Relationships are critically important to us as human beings. Especially during the pandemic we realized how much we need good relationships in our lives (emphasis on good). And no one is more important to us than our life partner. On the flip side of that coin, we need to be a good life partner, too (emphasis on good). It’s a two-way street. If we rely on our spouse to be good for us, but we don’t try to be good for them, it becomes a very one-sided relationship where tension and resentment can build.
As a marriage counselor, I see many ways that people aren’t being their best selves in their relationships. There are two specific issues that I see most clients really struggle with: 1) being better than you were yesterday, and 2) showing up for your partner how they need it.
Being Better That You Were Yesterday
Being your best self in your relationship means you’re showing up better than you did yesterday. Not just for yourself, but also for your partner. Relationships stretch us. They give us a mirror into ourselves about not just how we see ourselves, but how others see us, too. There’s a saying in my field as a marriage counselor that goes like this: “I’m not just who I think I am, I’m also who you think I am.” Being your best self in your relationship means you’re listening for feedback from your partner and trying to integrate it into bettering yourself. So think about what feedback you’ve heard from your partner. Try to find the nugget of truth in this feedback, and go to work on self-improvement.
Showing Up How Your Partner Needs
Being your best self in your relationship also means showing up for your partner in the way they need it. You can’t help the way you were raised. Maybe you were raised in a loving family where affection was abundant. Or maybe you were raised in a family that avoided conflict. No matter how you were raised, it had its strengths and weaknesses. If you were raised in an affectionate family, for example, maybe you have a hard time connecting with people who are more closed-off or guarded. Or if you were raised in an avoidant family, maybe you have a hard time showing affection. Regardless, being better for your relationship isn’t about how you were raised, but how your partner was raised – and trying to show up for them in the way they need it.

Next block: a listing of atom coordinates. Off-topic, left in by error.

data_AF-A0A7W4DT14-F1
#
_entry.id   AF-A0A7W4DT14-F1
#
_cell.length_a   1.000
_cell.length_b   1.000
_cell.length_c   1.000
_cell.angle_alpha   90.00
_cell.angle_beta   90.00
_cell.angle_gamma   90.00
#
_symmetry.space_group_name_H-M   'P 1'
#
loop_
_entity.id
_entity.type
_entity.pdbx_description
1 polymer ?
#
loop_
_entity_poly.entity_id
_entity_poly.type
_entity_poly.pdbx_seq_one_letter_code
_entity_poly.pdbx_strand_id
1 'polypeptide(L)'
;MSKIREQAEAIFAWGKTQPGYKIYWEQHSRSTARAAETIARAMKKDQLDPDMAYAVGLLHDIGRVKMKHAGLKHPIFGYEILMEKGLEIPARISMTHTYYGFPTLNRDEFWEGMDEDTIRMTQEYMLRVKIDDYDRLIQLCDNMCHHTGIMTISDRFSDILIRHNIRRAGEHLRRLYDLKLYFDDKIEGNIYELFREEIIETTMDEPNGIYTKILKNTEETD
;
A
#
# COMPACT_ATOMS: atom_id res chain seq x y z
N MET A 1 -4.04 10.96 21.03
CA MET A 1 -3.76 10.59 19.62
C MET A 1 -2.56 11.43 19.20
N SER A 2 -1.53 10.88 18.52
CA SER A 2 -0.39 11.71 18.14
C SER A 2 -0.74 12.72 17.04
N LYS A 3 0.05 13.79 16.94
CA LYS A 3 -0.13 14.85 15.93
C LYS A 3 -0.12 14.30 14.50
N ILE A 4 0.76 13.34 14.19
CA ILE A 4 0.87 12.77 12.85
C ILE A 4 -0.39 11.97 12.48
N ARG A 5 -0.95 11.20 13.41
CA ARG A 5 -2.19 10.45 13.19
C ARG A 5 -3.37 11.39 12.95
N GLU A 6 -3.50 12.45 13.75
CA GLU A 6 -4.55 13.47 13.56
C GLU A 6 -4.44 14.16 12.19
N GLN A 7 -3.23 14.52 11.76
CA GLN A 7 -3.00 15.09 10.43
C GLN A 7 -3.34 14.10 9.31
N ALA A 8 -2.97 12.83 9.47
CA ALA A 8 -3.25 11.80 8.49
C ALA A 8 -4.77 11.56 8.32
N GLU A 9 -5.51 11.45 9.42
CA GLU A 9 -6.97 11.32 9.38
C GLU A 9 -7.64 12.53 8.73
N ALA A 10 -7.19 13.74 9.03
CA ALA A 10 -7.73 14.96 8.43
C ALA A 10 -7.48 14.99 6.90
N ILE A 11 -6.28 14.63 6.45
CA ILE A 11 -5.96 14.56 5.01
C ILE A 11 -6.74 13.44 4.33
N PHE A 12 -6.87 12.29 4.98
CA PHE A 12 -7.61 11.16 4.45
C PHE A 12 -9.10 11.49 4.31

It's always a good time to take a deep dive into yourself and see how you can bring your best self into your relationship. When you think of your of New Year resolutions, maybe what you want to work on isn't only about what would be good for you, but also about what would be good for your partner and your relationship.
Aaron Anderson is an LMFT and has an M.S. in Marriage and Family Therapy. He and his wife Becky Anderson own The Marriage and Family Clinic in Westminster.
Relationships stretch us. They give us a mirror into ourselves about not just how we see ourselves, but how others see us, too.